Perceived blur with various settings

Perceived blur with various settings

With ‘Overdrive’ set to ‘Off’ there is a moderate amount of blur (similar to the reference) with additional trailing behind the object from slower than optimal pixel transitions. The ‘Weak’ setting reduces this additional trailing slightly, but there is still a reasonable amount remaining behind the object. The ‘Medium’ setting reduces this further so that there is only a very small amount of additional trailing behind the object. Although not clear in the image, there is actually a bit of a ‘shadow’ behind the object instead, which is mild overshoot (inverse ghosting) from fairly strong pixel overdrive. The ‘Strong’ setting, as the name suggest, ramps the pixel overdrive up significantly and brings with it obvious overshoot. You can see a colourful trail behind the object that is very obvious in practice.

Considering a broader range of pixel transitions, as we do in the following section, the default ‘Medium’ setting proved optimal. There was a bit of overshoot in places, as we explore, including some that is a bit more obvious than that shown here. The ‘Weak’ mode gave significantly more conventional trailing, though, as acceleration was simply too weak and in places gave little improvement over ‘Off’.

Responsiveness in games and movies

There was a moderate degree of blur on BF4. This was caused predominantly by eye movement and as you would see on even the fastest 60Hz LCDs. There was only a faint whiff of trailing on top of this from slower than optimal pixel responses – so faint that it wouldn’t be picked up by most users even in a side by side comparison. There was a bit of overshoot in places caused by strong pixel overdrive (grey to grey acceleration). If you strafed past dark posts or vehicles against a bright blue sky, for example, you could see a faint almost transparent trail. For some transitions a semi-transparent dark inverse ghosting trail could also be seen. For both forms of overshoot, though, this was quite faint and not at all eye-catching in our view. Sensitivity to such things varies, but we don’t feel the overshoot is at a disturbing level and overall it seemed that the monitors pixel responsiveness was well-tuned.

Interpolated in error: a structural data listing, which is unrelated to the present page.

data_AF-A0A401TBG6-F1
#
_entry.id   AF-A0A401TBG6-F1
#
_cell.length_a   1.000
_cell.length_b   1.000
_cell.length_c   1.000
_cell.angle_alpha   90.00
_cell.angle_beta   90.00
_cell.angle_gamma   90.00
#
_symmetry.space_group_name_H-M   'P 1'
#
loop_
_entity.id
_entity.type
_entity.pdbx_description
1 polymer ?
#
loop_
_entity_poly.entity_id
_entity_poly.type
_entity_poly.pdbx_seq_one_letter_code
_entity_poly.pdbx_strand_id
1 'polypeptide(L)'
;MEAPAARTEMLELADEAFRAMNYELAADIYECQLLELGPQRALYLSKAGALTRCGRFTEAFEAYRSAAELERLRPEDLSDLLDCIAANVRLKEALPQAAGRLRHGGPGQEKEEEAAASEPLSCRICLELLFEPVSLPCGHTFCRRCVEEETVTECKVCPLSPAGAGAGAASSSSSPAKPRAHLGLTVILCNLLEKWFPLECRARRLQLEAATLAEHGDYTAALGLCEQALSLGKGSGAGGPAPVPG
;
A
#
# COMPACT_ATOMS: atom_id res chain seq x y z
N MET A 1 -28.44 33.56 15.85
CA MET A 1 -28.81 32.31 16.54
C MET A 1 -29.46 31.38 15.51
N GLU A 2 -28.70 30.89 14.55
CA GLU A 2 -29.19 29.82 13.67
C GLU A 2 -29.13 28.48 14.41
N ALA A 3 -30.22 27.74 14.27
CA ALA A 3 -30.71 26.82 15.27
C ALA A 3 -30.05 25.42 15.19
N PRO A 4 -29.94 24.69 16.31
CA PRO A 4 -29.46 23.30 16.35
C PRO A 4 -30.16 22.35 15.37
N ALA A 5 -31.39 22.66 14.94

Dirt Rally provided a similar experience, with the vast majority of blur attributable to eye movement and thus inescapable on any 60Hz sample and hold monitor. There was again a small trace of additional trailing here and there, but nothing particularly noteworthy. There was also a bit of overshoot in places, again manifesting itself as faint partially transparent trails which were not obvious or eye-catching really.